Earlier (v. 28), Paul spoke of things that “are not.” Now, in contrast, he says because of God, “you are.” God is the cause of them becoming believers in Christ Jesus. It was through Jesus’ death and resurrection that the possibility of salvation by grace was made available. He is the manifestation of God’s plan to save and to judge. He is the only way that anyone can have the standing that matters—standing before God.

As Paul continues toward the last verse (v. 31), which is a quotation from the book of Jeremiah, he adds three words: righteousness, sanctification, and redemption. Each has to do with standing before God, though each has a distinct meaning.

In Jeremiah, righteousness has to do with God, who practices steadfast love, justice, and righteousness.10 He has pleasure in these things, and He expects them of His people.

Sanctification has to do with the status Christians have “in Christ.” Sanctification is often considered a lifelong process through which one becomes more Christlike, more holy. The call for a holy life, which is an important part of this letter, comes from the prior work of God in Christ by which Christians are a people set apart, chosen by God.

The concept of redemption comes from the world of slavery and the payment of the purchase price for a slave. The freedom of Israel from Egypt and their coming into the promised land was seen as God’s “redemption.”11 Paul likens what has happened in the past to his present day. It is through Christ’s sacrifice on the cross and His resurrection that Christians are gathered up “in Christ,” freed from the domain of sin and from judgment by God. Through no action on their part and with no human wisdom or plan, God’s work through Christ’s crucifixion accomplished what was needed to allow them to stand before God.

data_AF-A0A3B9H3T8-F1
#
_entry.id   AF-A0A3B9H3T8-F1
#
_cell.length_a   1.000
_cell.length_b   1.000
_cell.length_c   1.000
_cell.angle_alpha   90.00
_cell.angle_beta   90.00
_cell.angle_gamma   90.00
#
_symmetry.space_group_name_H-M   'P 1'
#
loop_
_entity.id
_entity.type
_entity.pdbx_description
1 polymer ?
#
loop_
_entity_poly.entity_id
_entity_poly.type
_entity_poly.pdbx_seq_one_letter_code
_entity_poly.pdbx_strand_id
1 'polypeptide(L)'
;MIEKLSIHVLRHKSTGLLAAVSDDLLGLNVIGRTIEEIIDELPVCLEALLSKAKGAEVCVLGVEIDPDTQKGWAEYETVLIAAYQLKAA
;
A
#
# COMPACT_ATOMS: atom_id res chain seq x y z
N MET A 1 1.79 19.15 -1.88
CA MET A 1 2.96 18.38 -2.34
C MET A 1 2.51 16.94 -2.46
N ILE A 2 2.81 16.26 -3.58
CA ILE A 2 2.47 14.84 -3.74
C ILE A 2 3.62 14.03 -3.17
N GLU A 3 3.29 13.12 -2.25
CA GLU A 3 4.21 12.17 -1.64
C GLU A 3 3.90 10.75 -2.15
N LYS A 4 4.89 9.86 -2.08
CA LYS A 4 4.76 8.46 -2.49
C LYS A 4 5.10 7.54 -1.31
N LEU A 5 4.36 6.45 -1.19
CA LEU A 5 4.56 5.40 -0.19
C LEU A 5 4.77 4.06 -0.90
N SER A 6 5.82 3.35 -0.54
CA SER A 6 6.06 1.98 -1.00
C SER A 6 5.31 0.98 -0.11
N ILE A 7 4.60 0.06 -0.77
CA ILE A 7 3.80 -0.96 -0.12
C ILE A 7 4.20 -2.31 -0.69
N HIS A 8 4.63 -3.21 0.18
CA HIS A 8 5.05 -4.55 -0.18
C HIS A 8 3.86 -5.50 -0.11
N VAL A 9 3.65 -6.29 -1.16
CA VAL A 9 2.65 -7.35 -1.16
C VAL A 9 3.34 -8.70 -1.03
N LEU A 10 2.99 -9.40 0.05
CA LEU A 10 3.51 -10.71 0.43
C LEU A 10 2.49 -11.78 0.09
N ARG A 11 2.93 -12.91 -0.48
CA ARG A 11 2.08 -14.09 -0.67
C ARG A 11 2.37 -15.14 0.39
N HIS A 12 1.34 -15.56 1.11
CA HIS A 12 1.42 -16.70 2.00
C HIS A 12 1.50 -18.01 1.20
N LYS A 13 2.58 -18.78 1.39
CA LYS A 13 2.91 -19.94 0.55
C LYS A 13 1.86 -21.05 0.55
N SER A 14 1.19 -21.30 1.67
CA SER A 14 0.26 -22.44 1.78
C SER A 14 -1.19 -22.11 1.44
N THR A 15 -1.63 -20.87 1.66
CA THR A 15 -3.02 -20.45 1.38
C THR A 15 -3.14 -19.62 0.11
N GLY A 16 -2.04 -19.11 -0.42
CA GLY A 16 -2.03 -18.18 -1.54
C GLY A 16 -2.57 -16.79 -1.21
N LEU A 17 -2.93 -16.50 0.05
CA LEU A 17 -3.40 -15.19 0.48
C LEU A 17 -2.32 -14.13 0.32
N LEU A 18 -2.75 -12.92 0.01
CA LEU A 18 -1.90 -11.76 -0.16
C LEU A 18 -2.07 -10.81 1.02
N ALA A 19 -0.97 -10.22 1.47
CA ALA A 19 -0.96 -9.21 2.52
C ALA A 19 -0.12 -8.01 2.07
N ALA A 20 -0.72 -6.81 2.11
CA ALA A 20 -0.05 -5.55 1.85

…so that, as it is written, “Let the one who boasts, boast in the Lord.”12

This phrase about boasting in the Lord is loosely quoted from Jeremiah 9:23–24: Thus says the Lord: “Let not the wise man boast in his wisdom, let not the mighty man boast in his might, let not the rich man boast in his riches, but let him who boasts boast in this, that he understands and knows me, that I am the Lord who practices steadfast love, justice, and righteousness in the earth. For in these things I delight, declares the Lord.”

God’s work in Christ brings Jeremiah’s quotation to fulfillment. The crucified Christ has shown that there is only one possible boast, for it is all “from God” and is in the Lord. Paul takes a major theme from the Old Testament and adapts it here as a general principle to address the Corinthian problem. The Corinthians should only boast in what God has accomplished among them.


Unless otherwise indicated, all scriptures are from the Holy Bible, English Standard Version, copyright © 2001 by Crossway Bibles, a division of Good News Publishers. Used by permission. All rights reserved.

1 1 Corinthians 1:26.

2 1 Corinthians 1:1, 2, 9, 24.

3 1 Corinthians 2:1–5.

4 2 Corinthians 1:17; 5:16 [twice]; 10:2, 3; 11:18.

5 1 Corinthians 1:27.

6 1 Corinthians 1:28.

7 1 Corinthians 1:29.

8 Gordon D. Fee, The First Epistle to the Corinthians (Grand Rapids: Eerdmans, 2014), 88.

9 1 Corinthians 1:30.

10 Jeremiah 9:24.

11 Psalm 111:9.

12 1 Corinthians 1:31.